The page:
‘Is your father from Taliban, will he shoot us?’
‘Do your parents make bombs?’
‘He is a terrorist…he is a Pakistani…let’s beat him.’
‘Oh, he’ll grow up to be Osama.’
Bullying is prevalent in schools not just across India, but all over the world. Bullying can be as seemingly playful as taunting about somebody’s height or as grave as beating somebody up because of their religion. What Nazia Erum focuses on in her book Mothering A Muslim is bullying in the so-called secular, liberal posh schools of Delhi NCR and elsewhere.
For her research, Erum talked to kids from around 143 schools (118 in Delhi NCR) and tried to figure out whether there was bullying on sectarian lines. The reality that her research dug out reflects how you’re reduced to your immediate identity. If you’re Sikh, you’re prone to hear ‘sardar jokes’ almost every day of your school life. If you’re gay, you’ll be called a ‘chakka’. And if you’re Muslim, your peers will wonder aloud if you belong to Pakistan.
How does a child know to call a Muslim kid ‘Pakistani’?
What a child hears or sees is what he does. So when the 9 PM Newshour debates, which have essentially turned into shouting matches, try to inject a sense of fear, the same battle (however subtle) is fought inside classrooms as well. When kids hear their parents complain about how the Muslim population in the country would overtake the Hindu population, the same conversation would seep into the classrooms.
Sana says that her eight-and-a-half-year-old son, Omar, came home from school one day and recounted this conversation with his long-time friend:
Friend: Hey, do you eat beef?
Omar: What are you mad?
Friend: My mother has instructed me not to eat anything from your tiffin.
Omar: So what are you fussing about? Simply don’t eat my tiffin.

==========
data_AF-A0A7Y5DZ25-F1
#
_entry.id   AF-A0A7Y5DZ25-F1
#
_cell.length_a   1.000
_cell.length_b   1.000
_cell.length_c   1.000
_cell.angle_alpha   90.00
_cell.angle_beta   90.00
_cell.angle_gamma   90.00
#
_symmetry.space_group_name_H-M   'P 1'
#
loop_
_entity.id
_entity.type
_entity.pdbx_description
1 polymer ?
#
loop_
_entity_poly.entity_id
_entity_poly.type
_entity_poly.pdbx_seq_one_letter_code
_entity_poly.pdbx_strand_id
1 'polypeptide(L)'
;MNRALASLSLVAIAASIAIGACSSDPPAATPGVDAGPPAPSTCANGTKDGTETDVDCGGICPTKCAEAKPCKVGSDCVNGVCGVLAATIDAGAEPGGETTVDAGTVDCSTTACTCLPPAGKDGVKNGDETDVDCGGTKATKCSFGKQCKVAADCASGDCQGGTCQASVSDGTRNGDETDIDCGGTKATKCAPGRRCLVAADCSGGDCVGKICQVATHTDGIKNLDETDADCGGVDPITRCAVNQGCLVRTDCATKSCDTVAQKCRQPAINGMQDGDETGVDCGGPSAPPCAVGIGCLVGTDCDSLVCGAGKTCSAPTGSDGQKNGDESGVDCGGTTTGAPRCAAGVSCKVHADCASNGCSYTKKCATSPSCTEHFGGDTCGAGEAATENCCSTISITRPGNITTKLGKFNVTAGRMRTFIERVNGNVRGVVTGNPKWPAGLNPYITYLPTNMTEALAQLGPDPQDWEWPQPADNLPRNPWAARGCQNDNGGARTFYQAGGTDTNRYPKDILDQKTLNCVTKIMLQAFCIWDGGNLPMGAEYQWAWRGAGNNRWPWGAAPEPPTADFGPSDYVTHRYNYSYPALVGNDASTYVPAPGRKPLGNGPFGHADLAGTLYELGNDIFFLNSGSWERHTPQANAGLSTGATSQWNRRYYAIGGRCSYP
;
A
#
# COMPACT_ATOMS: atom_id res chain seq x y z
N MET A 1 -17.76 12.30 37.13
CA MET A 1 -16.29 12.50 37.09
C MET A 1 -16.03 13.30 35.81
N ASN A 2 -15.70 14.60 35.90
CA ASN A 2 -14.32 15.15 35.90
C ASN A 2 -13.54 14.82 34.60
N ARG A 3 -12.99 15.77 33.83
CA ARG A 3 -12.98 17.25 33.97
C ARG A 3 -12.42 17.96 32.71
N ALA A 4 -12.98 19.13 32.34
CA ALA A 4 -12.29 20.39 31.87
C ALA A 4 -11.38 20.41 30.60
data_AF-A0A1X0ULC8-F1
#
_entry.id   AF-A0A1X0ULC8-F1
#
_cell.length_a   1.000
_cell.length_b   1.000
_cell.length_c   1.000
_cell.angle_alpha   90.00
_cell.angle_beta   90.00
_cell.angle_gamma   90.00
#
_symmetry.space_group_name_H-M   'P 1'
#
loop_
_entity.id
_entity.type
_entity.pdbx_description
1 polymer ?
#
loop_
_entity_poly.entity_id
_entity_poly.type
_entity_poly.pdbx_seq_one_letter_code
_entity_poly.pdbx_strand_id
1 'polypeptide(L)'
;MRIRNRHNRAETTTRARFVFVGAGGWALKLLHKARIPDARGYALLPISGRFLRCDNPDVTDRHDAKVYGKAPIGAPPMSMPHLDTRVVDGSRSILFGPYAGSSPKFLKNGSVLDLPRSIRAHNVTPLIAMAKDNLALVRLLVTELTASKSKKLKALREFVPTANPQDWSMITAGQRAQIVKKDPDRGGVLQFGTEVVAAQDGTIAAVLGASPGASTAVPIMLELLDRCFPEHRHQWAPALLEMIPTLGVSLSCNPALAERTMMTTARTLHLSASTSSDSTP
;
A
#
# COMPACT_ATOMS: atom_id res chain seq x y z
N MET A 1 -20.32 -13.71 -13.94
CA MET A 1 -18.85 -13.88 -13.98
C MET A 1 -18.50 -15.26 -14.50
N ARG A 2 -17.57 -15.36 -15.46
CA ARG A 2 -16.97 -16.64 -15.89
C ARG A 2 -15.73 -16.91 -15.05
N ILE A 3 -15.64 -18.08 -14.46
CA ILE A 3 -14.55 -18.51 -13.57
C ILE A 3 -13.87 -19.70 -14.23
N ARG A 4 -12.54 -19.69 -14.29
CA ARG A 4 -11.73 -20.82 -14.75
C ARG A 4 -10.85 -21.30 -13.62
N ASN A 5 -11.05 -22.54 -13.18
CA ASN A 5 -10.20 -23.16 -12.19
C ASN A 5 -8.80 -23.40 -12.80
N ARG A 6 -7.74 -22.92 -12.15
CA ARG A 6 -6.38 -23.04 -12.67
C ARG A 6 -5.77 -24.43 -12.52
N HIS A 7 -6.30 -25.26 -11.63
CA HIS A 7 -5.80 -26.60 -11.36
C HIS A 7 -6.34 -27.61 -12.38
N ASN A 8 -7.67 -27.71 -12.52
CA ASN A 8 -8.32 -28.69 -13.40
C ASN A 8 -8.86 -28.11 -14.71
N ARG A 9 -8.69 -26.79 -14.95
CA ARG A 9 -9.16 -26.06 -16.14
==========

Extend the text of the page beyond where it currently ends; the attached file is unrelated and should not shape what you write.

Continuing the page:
Sectarian lines drawn by schools
Bhopal has a considerable Muslim population. So a few schools in the city have divided the batch on the basis of the kids’ language preference — Sanskrit or Urdu. So as most Hindu kids opt for Sanskrit and most Muslim kids opt for Urdu, sectarian lines are automatically drawn inside schools only. Nazia, in her book, questions how such kids who don’t mingle with each other and have no idea about each other’s religions, would grow up as adults? On what lines would they vote in the next elections if not religious?
Inherent fears of Muslim parents
Nazia also writes about how many Muslim parents, including herself, have developed inherent fears about their kids being singled out because of how their name sounds like.
It is almost impossible for a new parent not to worry about how our children will negotiate their way through these varying shades of Islamophobia and hate. I feel immense relief for having chosen the middle path in naming my child. When someone asks me for my daughter’s name, I revel in it being a non-marker. I feel I have unburdened my own self. But I know no matter what I do she will be marked in school. Should I protect her for as long as I can? After all, how do you tell a child that she is a Muslim and some people might hate Muslims?
The book, though, isn’t as balanced as it could have been. Nazia writes the accounts of bullying in posh schools but her research doesn’t step into the hinterlands and into the gullies where the Muslim families are not so well off.
Nazia’s own memory of growing up in a quaint town of Assam was devoid of the communal debate that the country faced in the aftermath of Babri Masjid’s demolition. As a mother, Nazia’s only fear that her 3-year old will be bullied and stereotyped as the ‘other’.